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Web Reputation: Likes, Engagement & Sentiment

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Web Reputation: Likes, Engagement & Sentiment. An educational presentation for the IT for Tourism Services course at the University of Bergamo, Italy

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Web Reputation: Likes, Engagement & Sentiment

  1. 1. IT for Tourism Services, UniBg 2017-2018 Web Reputation: Likes, Engagement & Sentiment Web Reputation. Lecture 9, October 31, 2017
  2. 2. IT for Tourism Services, UniBg 2017-2018IT for Tourism Services, UniBg 2017-2018 What Are We Talking About Today? slide 2Web Reputation. Lecture 9, October 31, 2017 1. Web Presence. A Recall 2. Reputation 3. Web Reputation 4. Free Tools 5. Professional Tools 6. Sentiment 7. Semantic Analysis
  3. 3. IT for Tourism Services, UniBg 2017-2018IT for Tourism Services, UniBg 2017-2018 Web Presence slide 3Web Reputation. Lecture 9, October 31, 2017 We already clarified that the web presence of, say, a destination includes 1. the official website run by the destination 2. the accounts officially run by the destination on TripAdvisor, Facebook, etc. 3. what other people write about the destination on the communities and the social networks. As we will see, web reputation mostly deals with this third form of web presence.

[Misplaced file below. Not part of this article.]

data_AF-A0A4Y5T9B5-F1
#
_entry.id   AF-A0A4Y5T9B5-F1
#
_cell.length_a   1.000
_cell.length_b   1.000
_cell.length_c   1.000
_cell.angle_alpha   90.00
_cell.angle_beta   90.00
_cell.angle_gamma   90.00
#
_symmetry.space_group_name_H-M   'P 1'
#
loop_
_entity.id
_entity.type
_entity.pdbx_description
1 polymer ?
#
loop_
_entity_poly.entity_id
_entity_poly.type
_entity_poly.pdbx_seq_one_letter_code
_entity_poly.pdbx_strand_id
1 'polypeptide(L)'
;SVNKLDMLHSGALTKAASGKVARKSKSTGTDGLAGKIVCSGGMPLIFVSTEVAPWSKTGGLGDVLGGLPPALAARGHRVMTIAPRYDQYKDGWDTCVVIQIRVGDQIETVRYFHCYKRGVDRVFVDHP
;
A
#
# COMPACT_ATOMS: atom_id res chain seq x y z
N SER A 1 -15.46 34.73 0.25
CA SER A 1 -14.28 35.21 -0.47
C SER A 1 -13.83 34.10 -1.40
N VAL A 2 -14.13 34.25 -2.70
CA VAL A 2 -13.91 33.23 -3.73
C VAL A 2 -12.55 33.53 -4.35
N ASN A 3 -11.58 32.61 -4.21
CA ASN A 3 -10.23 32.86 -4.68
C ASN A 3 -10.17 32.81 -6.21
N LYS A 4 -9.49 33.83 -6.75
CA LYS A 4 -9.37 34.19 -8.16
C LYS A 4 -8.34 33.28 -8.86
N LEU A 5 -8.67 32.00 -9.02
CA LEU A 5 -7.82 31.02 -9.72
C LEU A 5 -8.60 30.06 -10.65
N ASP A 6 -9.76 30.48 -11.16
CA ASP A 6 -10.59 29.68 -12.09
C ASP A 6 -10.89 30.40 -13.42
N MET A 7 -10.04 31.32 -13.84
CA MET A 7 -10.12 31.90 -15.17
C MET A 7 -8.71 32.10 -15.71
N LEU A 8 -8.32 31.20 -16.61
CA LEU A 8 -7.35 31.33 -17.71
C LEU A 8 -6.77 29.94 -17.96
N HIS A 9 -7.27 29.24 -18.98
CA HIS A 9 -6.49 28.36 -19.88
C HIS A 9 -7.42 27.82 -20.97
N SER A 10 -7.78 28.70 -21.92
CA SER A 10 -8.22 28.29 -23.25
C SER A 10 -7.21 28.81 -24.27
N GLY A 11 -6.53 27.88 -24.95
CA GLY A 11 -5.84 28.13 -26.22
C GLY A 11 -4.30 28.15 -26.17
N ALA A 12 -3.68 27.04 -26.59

4. 4. IT for Tourism Services, UniBg 2017-2018IT for Tourism Services, UniBg 2017-2018 What We Control slide 4Web Reputation. Lecture 9, October 31, 2017 The web presence of, say, a destination includes 1. the official website run by the destination 2. the accounts officially run by the destination on TripAdvisor, Facebook, etc. 3. what other people write about the destination on the communities and the social networks.